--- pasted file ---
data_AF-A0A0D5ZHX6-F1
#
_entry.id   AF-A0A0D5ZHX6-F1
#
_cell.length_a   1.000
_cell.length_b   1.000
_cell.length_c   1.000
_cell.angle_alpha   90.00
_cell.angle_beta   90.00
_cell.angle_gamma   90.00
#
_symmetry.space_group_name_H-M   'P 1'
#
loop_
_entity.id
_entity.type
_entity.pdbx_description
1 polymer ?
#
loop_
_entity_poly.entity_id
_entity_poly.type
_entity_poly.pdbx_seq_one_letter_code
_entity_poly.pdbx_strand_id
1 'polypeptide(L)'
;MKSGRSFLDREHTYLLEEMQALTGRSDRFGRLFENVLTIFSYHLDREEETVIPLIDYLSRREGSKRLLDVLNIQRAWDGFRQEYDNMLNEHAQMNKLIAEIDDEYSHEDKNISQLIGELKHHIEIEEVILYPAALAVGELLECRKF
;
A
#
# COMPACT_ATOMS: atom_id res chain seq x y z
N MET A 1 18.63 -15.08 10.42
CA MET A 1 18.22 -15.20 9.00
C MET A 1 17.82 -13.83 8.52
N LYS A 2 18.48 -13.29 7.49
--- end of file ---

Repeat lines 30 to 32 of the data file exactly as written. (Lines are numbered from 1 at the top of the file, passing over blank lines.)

# COMPACT_ATOMS: atom_id res chain seq x y z
N MET A 1 18.63 -15.08 10.42
CA MET A 1 18.22 -15.20 9.00